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Dowd v. Christie

A-743-99T1 (N.J. Super. App. Div. 2000) (Unpublished)

CONTRACTS; MORTGAGE CONTINGENCIES—A time of the essence provision should not be implied in a residential mortgage contingency clause and a court should distinguish between the date by which a mortgage commitment must be obtained and that by which notice of its receipt must be given.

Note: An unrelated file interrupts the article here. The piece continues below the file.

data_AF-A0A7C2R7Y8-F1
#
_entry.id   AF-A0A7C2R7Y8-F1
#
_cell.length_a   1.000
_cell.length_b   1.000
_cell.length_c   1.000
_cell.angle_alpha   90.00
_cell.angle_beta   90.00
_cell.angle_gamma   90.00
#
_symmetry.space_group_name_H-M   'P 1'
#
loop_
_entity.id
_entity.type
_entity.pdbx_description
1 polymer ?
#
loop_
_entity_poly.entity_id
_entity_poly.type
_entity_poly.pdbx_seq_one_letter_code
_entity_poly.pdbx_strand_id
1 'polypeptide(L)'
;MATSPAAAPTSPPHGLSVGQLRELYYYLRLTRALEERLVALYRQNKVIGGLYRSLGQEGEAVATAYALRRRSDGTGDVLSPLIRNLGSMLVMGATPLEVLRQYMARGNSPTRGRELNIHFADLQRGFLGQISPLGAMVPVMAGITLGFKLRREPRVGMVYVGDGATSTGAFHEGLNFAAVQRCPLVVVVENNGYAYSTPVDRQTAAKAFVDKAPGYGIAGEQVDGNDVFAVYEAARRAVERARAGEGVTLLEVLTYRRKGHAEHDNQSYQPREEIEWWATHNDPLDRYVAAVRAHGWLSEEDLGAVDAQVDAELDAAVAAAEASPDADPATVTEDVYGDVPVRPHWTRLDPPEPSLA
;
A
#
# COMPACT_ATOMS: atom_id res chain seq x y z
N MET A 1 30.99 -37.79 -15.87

A residential contract of sale contained a mortgage contingency provision which permitted either buyer or seller to void the agreement by written notice to the other if the written mortgage loan and commitment had not been received by a given date. Despite prompt application for a mortgage, no commitment had been received by the given date. About a week later, the lender formally rejected the mortgage application, and three days later the buyer gave notice of its rejection. The seller then sued the buyer to recover a non-refundable rental deposit to a third party that the seller claimed was lost when the contract was canceled. Its contention was that the deposit was tendered in the belief that the seller would be required to move from the home on the closing date. The lower court concluded that, under the contract, time was of the essence both with respect to the obtaining of the mortgage commitment and the provision of notice. The Appellate Division disagreed, holding that “[a]n intention to make time of the essence as to the communication of notice would have to be specifically set forth or, at the very least, clearly implied from an examination of the surrounding circumstances.” To imply a requirement of notice within the mortgage contingency period “would not only add an element to the parties’ bargain but would add an element that does not advance one of the provisions’s basic purposes - the protection of the buyers from the consequences of financial incapacity.” The Court read the provision literally and held that it did not say that notice must be given within the contingency period. Had the parties intended that to be the case, they could have said so. Accordingly, the judgment of the lower court was reversed, and the buyer was not liable to the seller for damages resulting from cancellation of the contract.

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